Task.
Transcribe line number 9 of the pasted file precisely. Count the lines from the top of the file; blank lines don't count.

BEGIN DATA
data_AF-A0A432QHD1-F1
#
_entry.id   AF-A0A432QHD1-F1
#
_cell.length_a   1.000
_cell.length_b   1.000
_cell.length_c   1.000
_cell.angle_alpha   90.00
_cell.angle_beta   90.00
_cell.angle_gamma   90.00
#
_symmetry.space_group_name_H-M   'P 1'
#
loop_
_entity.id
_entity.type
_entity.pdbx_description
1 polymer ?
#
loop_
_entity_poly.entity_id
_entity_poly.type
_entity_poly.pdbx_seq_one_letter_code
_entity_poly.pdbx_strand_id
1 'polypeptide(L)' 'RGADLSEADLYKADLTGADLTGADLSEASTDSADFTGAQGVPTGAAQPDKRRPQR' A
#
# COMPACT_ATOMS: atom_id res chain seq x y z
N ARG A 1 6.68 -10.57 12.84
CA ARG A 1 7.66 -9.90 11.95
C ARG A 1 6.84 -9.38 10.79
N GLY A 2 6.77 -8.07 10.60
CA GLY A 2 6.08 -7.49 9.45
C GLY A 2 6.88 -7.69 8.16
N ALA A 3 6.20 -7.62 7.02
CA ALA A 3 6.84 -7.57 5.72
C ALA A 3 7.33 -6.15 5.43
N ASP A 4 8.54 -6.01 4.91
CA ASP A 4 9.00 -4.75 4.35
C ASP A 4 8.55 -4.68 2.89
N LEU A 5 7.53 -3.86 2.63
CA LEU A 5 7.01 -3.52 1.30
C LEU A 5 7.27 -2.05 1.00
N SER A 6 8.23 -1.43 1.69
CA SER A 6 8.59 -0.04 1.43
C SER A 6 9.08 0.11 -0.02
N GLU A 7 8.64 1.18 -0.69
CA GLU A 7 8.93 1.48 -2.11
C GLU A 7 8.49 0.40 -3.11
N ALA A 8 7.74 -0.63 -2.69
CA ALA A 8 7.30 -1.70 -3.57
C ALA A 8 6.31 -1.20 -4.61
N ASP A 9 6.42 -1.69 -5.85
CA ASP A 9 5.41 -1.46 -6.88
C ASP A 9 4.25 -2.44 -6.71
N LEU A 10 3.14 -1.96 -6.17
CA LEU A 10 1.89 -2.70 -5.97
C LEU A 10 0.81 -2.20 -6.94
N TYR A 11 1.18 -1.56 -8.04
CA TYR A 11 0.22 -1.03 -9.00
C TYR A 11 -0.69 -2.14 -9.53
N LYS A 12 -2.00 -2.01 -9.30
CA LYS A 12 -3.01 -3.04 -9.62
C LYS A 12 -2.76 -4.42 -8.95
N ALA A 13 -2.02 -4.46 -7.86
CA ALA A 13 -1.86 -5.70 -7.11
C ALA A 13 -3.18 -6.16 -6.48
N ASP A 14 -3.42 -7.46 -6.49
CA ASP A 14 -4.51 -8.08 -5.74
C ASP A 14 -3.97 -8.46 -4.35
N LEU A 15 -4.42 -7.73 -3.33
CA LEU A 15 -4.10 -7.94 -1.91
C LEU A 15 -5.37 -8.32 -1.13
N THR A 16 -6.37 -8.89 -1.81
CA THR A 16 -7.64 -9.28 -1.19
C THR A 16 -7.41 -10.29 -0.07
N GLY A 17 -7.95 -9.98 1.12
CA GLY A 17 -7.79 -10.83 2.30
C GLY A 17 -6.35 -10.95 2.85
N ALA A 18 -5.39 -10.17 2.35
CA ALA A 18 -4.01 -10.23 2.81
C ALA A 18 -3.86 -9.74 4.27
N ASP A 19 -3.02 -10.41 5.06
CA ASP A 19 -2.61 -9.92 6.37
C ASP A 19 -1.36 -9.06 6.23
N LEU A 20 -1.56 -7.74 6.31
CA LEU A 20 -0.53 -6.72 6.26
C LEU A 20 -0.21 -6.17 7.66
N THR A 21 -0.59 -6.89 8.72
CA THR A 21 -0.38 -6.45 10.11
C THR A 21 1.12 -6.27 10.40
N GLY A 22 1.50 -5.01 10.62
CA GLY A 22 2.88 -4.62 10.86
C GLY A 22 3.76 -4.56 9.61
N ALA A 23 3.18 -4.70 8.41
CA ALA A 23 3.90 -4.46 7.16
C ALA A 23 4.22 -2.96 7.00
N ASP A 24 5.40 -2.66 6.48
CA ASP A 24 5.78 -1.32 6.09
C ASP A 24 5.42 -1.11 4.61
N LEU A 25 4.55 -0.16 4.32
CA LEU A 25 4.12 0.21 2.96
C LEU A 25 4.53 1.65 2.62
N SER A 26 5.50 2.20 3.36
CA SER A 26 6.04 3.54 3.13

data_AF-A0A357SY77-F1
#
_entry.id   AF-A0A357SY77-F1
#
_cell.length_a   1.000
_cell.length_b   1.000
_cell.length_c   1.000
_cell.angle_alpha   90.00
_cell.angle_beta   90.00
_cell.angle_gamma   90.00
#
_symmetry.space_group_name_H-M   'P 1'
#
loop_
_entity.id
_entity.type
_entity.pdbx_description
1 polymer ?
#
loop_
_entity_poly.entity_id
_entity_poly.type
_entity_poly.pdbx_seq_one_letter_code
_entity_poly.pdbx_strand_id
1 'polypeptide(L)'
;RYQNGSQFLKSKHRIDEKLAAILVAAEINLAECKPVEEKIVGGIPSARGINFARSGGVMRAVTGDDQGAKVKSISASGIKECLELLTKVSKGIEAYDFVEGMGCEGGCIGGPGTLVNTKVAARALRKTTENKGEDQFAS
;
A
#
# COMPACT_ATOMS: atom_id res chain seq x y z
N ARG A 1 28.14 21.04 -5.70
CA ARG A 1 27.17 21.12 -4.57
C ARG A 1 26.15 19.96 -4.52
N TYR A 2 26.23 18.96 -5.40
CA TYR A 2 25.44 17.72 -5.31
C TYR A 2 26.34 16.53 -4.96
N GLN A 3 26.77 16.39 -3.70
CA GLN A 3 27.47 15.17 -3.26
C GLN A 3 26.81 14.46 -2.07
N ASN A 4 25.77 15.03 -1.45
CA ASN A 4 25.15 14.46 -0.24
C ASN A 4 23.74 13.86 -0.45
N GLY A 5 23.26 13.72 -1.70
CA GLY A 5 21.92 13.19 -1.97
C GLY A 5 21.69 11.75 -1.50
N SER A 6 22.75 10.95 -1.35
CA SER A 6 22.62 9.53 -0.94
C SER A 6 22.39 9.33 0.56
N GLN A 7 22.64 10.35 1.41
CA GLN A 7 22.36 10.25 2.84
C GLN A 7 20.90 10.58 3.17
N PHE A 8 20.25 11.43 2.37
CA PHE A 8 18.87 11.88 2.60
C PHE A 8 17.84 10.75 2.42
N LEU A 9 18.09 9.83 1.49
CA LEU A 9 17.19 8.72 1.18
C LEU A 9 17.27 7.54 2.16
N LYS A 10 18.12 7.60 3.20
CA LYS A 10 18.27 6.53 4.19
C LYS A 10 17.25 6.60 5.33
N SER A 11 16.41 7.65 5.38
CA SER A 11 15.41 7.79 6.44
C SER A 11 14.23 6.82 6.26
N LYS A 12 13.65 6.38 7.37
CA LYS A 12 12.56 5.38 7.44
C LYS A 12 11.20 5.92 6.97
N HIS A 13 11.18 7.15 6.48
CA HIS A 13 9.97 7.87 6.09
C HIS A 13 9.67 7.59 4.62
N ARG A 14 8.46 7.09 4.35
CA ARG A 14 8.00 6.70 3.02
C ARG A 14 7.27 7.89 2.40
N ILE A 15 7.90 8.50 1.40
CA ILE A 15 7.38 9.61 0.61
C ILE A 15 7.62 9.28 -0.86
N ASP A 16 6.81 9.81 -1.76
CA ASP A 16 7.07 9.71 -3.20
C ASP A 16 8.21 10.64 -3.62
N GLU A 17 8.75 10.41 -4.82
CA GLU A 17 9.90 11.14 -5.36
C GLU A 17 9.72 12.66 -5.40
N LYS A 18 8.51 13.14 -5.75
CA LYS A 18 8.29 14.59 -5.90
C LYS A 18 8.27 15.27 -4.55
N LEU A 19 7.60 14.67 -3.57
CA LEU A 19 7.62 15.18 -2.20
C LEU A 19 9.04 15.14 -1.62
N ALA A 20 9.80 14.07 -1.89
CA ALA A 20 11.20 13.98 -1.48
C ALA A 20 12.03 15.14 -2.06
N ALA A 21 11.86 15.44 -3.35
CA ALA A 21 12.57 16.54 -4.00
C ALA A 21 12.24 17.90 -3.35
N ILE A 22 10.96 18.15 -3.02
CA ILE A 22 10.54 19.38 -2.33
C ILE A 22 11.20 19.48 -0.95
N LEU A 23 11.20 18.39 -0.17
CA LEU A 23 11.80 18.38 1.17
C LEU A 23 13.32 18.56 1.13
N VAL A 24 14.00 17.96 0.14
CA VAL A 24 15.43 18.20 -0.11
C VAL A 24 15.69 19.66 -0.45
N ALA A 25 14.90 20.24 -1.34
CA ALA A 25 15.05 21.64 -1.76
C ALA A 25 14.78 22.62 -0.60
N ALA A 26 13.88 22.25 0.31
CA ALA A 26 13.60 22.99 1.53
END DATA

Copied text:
_cell.angle_beta   90.00